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A tsunami triggered by a 7.7 magnitude earthquake thousands of miles away in Canada has hit the island chain of Hawaii, with no damage reported so far.
Emergency sirens sounded late on Saturday to alert residents around the islands that make up Hawaii.
The first waves were reported to be up to 2.5ft (76cm) in one area.
Wave heights of three to six feet were predicted in some areas, as "urgent action" was advised to protect lives.
There were no immediate reports of damage on the Canadian coast following the earthquake.
Tsunami alerts that were issued for coastal areas of Alaska and British Columbia were swiftly downgraded.
The quake hit 125 miles (200km) south-west of the Canadian mining town of Prince Rupert at a depth of 11 miles (18km), said the US Geological Survey.
Initially, the Pacific Tsunami Warning Center said it did not expect a threat beyond the immediate area.
But later it said: "A tsunami has been generated that could cause damage along the coastline of all islands in the state of Hawaii."
First waves had been predicted to hit the archipelago around 22:30 local (08:30GMT).
"Urgent action should be taken to protect lives and property," the warning said.
After the first wave struck, Hawaii's Lt Governor, Brian Schatz, tweeted that water was now receding in Hilo Harbour, on Hawaii or 'Big Island'.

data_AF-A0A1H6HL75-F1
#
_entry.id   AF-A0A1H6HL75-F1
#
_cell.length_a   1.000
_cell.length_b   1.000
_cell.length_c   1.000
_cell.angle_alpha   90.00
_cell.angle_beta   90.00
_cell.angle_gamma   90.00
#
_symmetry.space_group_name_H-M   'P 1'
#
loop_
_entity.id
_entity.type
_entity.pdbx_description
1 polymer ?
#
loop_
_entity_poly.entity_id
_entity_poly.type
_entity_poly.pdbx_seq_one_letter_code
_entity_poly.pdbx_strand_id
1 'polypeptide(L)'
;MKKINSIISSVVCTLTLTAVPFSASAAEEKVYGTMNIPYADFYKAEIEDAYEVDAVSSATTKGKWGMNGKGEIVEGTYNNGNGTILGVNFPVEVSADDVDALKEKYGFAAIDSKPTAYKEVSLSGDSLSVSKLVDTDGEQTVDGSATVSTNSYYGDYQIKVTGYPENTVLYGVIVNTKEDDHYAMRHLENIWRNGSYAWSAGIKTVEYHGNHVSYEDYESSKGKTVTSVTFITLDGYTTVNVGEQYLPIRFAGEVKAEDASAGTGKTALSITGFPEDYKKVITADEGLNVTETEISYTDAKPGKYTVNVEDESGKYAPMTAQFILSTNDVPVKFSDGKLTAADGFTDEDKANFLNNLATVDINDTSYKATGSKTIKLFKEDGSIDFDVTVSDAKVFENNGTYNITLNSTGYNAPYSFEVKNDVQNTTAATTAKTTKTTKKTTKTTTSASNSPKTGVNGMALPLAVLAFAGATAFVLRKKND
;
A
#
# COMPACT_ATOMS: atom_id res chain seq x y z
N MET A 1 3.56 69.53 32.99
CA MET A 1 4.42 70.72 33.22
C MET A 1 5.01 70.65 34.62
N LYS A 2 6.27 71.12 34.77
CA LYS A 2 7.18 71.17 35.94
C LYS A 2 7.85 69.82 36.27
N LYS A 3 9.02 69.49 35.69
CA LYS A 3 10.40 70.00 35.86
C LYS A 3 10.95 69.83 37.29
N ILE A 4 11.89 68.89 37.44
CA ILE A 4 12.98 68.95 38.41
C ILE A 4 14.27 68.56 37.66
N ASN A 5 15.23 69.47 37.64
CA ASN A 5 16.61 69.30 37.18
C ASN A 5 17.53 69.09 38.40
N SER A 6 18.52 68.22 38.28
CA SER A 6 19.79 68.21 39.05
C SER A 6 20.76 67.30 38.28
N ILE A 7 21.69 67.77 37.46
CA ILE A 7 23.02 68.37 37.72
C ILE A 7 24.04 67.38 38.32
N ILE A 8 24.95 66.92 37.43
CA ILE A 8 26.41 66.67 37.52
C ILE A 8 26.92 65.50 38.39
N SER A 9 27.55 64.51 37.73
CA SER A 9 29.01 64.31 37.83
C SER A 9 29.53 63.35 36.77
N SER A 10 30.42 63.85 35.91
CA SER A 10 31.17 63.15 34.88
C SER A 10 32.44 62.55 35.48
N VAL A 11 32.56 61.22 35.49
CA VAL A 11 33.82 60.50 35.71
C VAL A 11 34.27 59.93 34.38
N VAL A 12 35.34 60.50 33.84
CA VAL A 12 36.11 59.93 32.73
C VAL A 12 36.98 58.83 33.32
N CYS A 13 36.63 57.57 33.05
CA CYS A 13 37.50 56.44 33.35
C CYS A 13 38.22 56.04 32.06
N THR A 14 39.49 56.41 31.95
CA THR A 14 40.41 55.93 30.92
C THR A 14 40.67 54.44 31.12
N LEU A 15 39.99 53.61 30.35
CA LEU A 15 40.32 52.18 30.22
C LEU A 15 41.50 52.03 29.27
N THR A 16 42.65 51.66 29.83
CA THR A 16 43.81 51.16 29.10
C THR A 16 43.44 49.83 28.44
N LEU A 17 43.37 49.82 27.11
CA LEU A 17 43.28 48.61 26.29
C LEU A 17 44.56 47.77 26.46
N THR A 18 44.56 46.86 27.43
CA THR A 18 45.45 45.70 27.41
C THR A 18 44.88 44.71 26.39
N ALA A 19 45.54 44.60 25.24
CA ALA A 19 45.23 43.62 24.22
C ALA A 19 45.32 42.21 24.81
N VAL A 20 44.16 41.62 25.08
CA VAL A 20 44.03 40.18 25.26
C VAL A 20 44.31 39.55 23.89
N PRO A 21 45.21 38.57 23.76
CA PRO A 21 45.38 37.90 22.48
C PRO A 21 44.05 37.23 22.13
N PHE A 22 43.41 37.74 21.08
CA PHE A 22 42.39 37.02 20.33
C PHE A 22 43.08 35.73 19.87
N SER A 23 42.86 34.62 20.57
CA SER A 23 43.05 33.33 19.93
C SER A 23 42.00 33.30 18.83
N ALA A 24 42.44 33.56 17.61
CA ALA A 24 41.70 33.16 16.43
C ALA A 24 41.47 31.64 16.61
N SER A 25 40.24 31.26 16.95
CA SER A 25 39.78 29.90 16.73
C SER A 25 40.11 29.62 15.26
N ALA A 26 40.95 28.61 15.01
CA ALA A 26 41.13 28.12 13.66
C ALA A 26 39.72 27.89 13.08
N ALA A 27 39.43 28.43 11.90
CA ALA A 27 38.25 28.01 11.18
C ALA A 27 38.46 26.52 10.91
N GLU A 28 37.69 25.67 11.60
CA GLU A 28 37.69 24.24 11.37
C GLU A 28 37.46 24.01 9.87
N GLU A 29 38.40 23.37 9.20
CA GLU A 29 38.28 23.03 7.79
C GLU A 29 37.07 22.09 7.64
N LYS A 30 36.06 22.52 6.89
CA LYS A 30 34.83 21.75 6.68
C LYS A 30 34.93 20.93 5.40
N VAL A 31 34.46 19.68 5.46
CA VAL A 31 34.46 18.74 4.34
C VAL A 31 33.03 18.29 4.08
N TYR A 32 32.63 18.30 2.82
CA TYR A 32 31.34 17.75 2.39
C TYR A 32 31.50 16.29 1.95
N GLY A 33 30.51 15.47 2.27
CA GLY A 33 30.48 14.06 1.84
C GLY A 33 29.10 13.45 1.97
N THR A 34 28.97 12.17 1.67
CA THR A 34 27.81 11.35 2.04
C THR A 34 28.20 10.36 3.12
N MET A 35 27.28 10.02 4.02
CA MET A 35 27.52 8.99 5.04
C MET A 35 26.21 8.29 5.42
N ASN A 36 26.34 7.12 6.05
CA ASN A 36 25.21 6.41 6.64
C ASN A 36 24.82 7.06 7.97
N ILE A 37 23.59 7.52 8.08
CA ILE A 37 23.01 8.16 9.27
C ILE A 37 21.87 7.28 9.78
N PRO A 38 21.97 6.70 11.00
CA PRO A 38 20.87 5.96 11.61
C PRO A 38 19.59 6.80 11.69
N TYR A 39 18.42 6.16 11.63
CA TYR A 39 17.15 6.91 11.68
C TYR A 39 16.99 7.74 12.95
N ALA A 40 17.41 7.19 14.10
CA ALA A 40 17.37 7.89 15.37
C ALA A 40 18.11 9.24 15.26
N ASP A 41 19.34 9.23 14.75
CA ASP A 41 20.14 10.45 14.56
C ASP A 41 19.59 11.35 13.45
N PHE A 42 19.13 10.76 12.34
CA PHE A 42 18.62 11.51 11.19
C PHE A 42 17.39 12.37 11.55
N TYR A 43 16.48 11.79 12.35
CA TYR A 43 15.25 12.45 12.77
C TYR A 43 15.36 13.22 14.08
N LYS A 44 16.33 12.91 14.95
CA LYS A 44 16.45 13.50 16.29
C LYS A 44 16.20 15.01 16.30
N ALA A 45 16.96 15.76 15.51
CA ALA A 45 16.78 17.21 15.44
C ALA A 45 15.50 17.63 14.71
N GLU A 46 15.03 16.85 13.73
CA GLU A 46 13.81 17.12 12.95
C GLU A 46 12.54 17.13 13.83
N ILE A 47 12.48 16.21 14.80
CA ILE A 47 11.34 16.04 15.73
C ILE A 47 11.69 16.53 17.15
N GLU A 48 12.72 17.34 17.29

He also reminded people that the first wave was not usually the biggest, and that surges could continue for six to seven hours.
Initial local media reports from around the islands suggested that wave heights recorded so far had generally been about six inches, with 2.5ft in one place.
Hawaii is made up of hundreds of islands, spread over some 1,500 miles.
People living in areas considered to be at risk were urged to move to higher ground.
Wave heights of three to six feet have been predicted in some areas, with the biggest waves expected in Hilo, Kahului, Haleiwa and Hanalei, local media reported.'Everything moving'
The quake struck the coast of western Canada at around 03:00 GMT and was followed by a 5.8 magnitude aftershock.
People in coastal areas of Canada's Haida Gwaii archipelago - formerly known as the Queen Charlotte Islands - were reportedly being moved to higher ground as a precaution.
Urs Thomas, operator of the Golden Spruce hotel in Port Clements, close to the epicentre, said the initial quake lasted about three minutes.
"It was a pretty good shock," he told Associated Press. "I looked at my boat outside. It was rocking. Everything was moving. My truck was moving."
A resident of the mainland town of Prince Rupert, Grainne Barthe, told AP: "Everything was moving. It was crazy. I've felt earthquakes before but this was the biggest. It was nerve-wracking. I thought we should be going under a table."
Following the quake, small waves measuring 69 cm (27 inches) were reported on the north-east tip of Haida Gwai, while parts of the north-east coast of Vancouver Island saw waves up to 55cm high.